Written in 1947, it was first produced at the Union Theatre, Adelaide by the Adelaide University Theatre Guild, 15 November 1961; then at the Palace Theatre, Sydney, in 1962. Numerous subsequent productions.
New production staged at the Malthouse Theatre, Melbourne, on 16th April 2005.
Produced by the State Theatre Company of South Australia, Adelaide, from 25 February 2012.
Presented by Siren Theatre Company and Griffin Independent, 17 May to 10 June 2017.
Producer & Director: Kate Gaul.
Assistant Directors: Sally Dulson and Phaedra Nicolaidis.
Designer: Jasmine Christie.
Lighting Designer: Hartley T. A. Kemp.
Composer & Sound Designer: Nate Edmondson.
Cast: Andy Dexterity, Eliza Logan, Carmen Lysiak, Johnny Nasser, Jane Phegan, Sebastian Robinson, and Jenny Wu.
'One of the giants of Australian literature and the only Australian writer to have won the Nobel Prize for Literature, Patrick White received less acclaim when he turned his hand to playwriting.
'In Patrick White’s Theatre, Denise Varney offers a new analysis of White’s eight published plays, discussing how they have been staged and received over a period of 60 years. From the sensational rejection of The Ham Funeral by the Adelaide Festival in 1962 to 21st-century revivals incorporating digital technology, these productions and their reception illustrate the major shifts that have taken place in Australian theatre over time. Varney unpacks White’s complex and unique theatrical imagination, the social issues that preoccupied him as a playwright, and his place in the wider Australian modernist and theatrical traditions.'
'Dramas of rejection and artistic opposition rarely play out as neat didactic narratives where the weak are overpowered by the strong, as in Carl Schmitt's friend—enemy distinction. The inevitably messy alliances, collusions, eruptions and flows of affect cannot be contained by applying easy binaries. When we consider the governing bodies involved in the Patrick White Affair, there were disagreements and tensions between members of the Board of Governors and tempers to be assuaged. While affect was projected onto Sir Lloyd Dumas in Harry Medlin's recollections decades after the fact, it is often scripted out of the adversarial negotiations documented in the Adelaide archives.' (Introduction)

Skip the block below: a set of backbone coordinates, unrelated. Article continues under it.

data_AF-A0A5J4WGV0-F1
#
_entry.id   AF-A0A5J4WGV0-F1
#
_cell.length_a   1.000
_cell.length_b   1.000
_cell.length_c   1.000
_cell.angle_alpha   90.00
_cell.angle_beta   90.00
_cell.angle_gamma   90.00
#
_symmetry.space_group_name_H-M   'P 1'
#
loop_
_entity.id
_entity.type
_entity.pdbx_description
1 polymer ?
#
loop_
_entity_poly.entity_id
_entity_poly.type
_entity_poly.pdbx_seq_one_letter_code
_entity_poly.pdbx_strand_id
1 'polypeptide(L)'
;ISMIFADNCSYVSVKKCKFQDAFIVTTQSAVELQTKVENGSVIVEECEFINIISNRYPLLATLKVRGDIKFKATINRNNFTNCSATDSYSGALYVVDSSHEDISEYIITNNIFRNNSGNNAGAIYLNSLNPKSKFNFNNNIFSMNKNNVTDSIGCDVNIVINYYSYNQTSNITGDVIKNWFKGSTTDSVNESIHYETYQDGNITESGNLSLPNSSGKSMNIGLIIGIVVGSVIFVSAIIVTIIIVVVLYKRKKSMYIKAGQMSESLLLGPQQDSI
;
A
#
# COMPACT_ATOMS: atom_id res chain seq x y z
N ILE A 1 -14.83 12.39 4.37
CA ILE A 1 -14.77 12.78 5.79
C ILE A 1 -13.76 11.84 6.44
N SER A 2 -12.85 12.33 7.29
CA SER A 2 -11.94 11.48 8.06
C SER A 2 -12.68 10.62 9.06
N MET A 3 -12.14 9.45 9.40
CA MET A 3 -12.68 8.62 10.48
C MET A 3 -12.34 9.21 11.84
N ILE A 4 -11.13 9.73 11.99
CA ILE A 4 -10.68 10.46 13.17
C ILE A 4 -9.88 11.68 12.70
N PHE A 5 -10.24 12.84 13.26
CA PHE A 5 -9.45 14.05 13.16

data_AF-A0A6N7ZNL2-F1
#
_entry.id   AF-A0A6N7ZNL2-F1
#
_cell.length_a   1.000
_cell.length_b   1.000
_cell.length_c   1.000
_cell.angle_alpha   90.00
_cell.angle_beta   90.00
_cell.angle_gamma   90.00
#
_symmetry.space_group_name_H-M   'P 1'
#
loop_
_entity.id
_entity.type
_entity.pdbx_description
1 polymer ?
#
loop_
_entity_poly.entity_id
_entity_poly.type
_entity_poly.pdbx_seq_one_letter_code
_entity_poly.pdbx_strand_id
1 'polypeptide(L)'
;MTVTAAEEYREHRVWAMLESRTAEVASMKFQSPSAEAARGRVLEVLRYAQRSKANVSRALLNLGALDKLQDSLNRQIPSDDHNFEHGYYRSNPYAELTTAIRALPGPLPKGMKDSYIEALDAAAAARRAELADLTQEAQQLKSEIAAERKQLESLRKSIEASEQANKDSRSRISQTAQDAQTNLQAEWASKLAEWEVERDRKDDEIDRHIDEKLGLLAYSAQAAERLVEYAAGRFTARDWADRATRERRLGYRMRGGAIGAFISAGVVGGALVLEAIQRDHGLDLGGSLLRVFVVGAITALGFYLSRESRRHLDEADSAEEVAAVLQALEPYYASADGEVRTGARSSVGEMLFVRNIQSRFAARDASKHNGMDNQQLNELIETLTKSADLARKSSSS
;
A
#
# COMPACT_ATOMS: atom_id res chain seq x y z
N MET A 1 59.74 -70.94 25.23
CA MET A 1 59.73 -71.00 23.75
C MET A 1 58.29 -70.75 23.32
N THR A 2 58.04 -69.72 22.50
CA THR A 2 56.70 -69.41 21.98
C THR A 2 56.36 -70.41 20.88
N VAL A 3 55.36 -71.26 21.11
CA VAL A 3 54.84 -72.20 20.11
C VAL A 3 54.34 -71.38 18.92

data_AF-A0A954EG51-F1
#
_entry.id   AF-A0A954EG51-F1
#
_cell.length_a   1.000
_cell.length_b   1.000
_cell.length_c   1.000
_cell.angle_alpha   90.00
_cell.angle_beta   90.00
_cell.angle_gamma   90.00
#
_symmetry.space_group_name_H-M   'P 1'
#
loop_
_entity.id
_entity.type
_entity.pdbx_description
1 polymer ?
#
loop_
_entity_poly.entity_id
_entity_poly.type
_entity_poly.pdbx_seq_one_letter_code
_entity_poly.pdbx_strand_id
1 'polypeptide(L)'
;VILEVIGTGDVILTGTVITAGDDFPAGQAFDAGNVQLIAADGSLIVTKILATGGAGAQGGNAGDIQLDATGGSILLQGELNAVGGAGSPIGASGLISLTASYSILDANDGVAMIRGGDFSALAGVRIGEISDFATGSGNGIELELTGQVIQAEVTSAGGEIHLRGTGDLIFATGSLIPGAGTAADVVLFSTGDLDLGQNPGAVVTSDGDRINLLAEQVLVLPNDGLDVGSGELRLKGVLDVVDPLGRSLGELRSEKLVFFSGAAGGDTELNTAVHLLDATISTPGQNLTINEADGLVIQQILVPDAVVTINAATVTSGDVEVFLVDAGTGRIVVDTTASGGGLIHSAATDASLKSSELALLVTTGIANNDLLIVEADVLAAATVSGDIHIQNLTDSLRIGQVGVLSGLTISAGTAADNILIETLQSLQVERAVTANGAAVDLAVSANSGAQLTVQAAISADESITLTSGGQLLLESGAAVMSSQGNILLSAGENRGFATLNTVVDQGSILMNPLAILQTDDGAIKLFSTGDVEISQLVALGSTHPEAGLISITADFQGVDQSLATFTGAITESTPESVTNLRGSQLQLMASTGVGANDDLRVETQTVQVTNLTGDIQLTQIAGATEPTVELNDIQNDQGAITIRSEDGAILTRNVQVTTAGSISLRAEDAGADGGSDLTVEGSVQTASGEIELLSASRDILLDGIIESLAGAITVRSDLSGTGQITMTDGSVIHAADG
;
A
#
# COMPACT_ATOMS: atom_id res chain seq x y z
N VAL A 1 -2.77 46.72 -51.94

'As we saw in Chapters 2 and 3, the Governors rejected The Ham Funeral and Night on Bald Mountain; yet the plays were not passive objects. They had the power to create affects of disgust and anger in some, notably Glen McBride and Neil Hutchison, and joy and enthusiasm in others, such as Harry Medlin, Geoffrey Dutton and Max Harris. Reaching beyond the field of politics, Carl Schmitt recognizes the power of theatre when he ascribes something akin to sovereignty to the lifeworld of plays...' (Introduction)
' The venue recommended for the premiere of The Ham Funeral at the 1962 Festival was the University of Adelaide's Union Hall theatre. The Board of Governors had an agreement with the venue's management, the University Theatre Guild, to stage the Festival's productions of Australian-authored or small-scale new plays from overseas in this space. In the 1960s, Union Hall was what we would consider today to be an off-Broadway or fringe venue, attracting small but drama-literate audiences. The Drama Committee was confident that the proposal to stage the premiere would be accepted, if not welcomed, by the Governors. In the wake of the proposal's unexpected and hostile rejection, the Guild went ahead with the production three months prior to the Festival. The publicity around the rejection of the play ensured that the premiere was a gala social event, attended by Patrick White, local dignitaries, friends of White's and several interstate critics.' (Introduction)
'The rejections of The Ham Funeral and Night on Bald Mountain by the Adelaide Festival's Board of Governors were not random events but were linked to structures of governance and a presumption of sovereignty. Although the Board was not a statutory or corporate body, the Adelaide Festival's Board of governors and committees held regular meetings and kept formal and, at times, extensive minutes. Members of the Board and committees and Festival staff communicated to the outside world through written correspondence, press releases and Festival advertising and programs. This archive allows us to, reconstruct key events in Australian cultural history and address the critical questions they raise about the confrontation of a colonial culture with the emergent dynamic of modernism in the post-war period. ' (Introduction)